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IPL 2014 – CSK vs SRH: Chennai Leave It Late, But Win Again

By on April 28, 2014

Chennai Super Kings 146 for 5 (Smith 66, McCullum 40) beat Sunrisers Hyderabad 145 for 5 (Finch 44, Mohit 2-27) by five wickets…

It seemed at the halfway point that Chennai Super Kings would face a challenging chase. Two big overs at the death had propelled Sunrisers Hyderabad to 145 on a slow Sharjah pitch, which had seemed difficult to play big shots on. Sunrisers had gone into the match with five specialist bowlers, each different from the other, all of them capable of exploiting the conditions.

IPL 2014 - CSK vs SRH: Dwayne SmithBut as early as the first over of Super Kings’ innings, delivered by Dale Steyn, something seemed to have changed. Dwayne Smith only took six runs off it, but he middled every ball, despite Steyn delivering most of them with a scrambled seam.

After a close shave in the next over, off Bhuvneshwar Kumar, when the ball narrowly missed the top of middle stump after hitting his inside edge, Smith continued timing the ball beautifully, raced away to a 46-ball 66, and put on 85 for the first wicket with Brendon McCullum, who was hitting it just as crisply. Dew had come into play, and the ball was coming nicely on to the bat.

When Super Kings lost Suresh Raina, they had eight wickets in hand and 36 balls in which to get 32 runs against a Sunrisers attack that was reaching for the towel stuck in the umpire’s waistband with increasing frequency. The chase seemed well in control.

Just then, when everything was stacked against them, Sunrisers came back into the game. Suresh Raina mistimed a big hit off Ishant Sharma, turning a poor over into a reasonable one. Bhuvneshwar Kumar took two wickets in one over, including a lucky break when Smith hit a full-toss straight to long-off. Steyn bowled a superb last over, giving away just four, and Bhuvneshwar followed it up by giving away just five in the next one.

Ishant Sharma, who had gone for 33 in his first three overs, got his leg-cutter to work all of a sudden, bowling Ravindra Jadeja off his pads and beating Mithun Manhas twice in two balls. Four runs off that over left Super Kings needing six off the last over.

Sunrisers hadn’t used anyone apart from their five specialist bowlers, and they stuck with that plan, handing Amit Mishra the task of bowling the last over. Only two runs came off the first two balls, but the dew, the pressure of defending four off four balls, and the fact that MS Dhoni was on strike came together for a high full-toss to slip out of Mishra’s fingers. Dhoni swatted it away to the midwicket boundary, and a result that had seemed a formality five overs earlier had now belatedly come to pass.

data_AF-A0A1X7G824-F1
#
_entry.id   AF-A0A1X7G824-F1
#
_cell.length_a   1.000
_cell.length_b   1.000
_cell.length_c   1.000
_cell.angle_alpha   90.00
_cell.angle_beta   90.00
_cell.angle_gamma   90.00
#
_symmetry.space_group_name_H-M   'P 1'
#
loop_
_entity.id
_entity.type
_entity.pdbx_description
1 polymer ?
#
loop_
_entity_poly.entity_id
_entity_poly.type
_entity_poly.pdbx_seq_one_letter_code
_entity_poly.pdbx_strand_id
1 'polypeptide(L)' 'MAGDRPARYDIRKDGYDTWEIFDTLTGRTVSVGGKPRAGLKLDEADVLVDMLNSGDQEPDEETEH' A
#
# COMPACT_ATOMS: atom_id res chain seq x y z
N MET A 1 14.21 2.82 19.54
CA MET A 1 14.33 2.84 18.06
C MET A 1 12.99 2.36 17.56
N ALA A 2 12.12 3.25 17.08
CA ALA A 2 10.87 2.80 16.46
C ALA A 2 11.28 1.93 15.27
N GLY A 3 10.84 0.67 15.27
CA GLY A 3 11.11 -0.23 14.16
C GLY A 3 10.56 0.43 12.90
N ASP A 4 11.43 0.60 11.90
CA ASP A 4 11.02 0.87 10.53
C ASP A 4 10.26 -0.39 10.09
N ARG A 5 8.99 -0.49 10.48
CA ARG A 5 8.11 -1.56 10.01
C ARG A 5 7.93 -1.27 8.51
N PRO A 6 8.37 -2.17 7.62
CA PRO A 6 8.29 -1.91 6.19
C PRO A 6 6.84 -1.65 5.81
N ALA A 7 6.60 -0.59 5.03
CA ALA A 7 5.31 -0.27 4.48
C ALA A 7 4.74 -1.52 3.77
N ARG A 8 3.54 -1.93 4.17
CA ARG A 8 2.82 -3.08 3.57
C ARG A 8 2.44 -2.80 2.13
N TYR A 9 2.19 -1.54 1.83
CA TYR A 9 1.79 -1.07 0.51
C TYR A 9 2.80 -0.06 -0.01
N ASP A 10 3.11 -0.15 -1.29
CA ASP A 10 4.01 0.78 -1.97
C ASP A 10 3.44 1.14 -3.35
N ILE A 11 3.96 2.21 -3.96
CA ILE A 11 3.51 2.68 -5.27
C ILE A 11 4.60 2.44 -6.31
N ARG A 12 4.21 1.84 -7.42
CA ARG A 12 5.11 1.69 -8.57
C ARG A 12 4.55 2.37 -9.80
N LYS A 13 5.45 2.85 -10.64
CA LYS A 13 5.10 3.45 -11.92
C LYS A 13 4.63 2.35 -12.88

Having chosen to bat, Sunrisers never recovered after losing two wickets inside the first three overs. Shikhar Dhawan pulled Ben Hilfenhaus straight to the midwicket fielder, and David Warner fell victim to a poor umpiring decision two balls later.

The ball, from Ben Hilfenhaus, was short, pitched well outside leg stump, and hit Warner high on the pad with the batsman on the hop. Umpire Vineet Kulkarni gave it out, and Super Kings had sent back two-thirds of Sunrisers’ heavy artillery. The third member of that trio, Aaron Finch, was now forced into circumspection.

Super Kings’ bowlers, for their part, did everything in their power to make life difficult for the batsmen. Their three seamers, Mohit Sharma in particular, made clever use of the slower ball, and the best strategy against R Ashwin’s around-the-wicket line, at times, seemed to be to let the ball go and hope for wides. No one, barring Ravindra Jadeja on a couple of occasions, gave the batsmen any width.

Finch and KL Rahul put on 52 at just over a run a ball, and Venugopal Rao made 13 off 15 before he was out off the last ball of the 15th over. Sunrisers were 98 for 4, and their hopes of getting to a competitive total rested on Finch and Darren Sammy. Finch fell in the 18th over, foxed by one of Mohit’s back-of-the-hand offerings, but Sammy and Karn Sharma tonked 36 off the last 16 balls to propel the score to 145. It shouldn’t have been, considering how much of an effect the dew was to have, and it wasn’t in the end, but they almost made it look like a big enough total.

Karthik Krishnaswamy is a senior sub-editor at ESPNcricinfo

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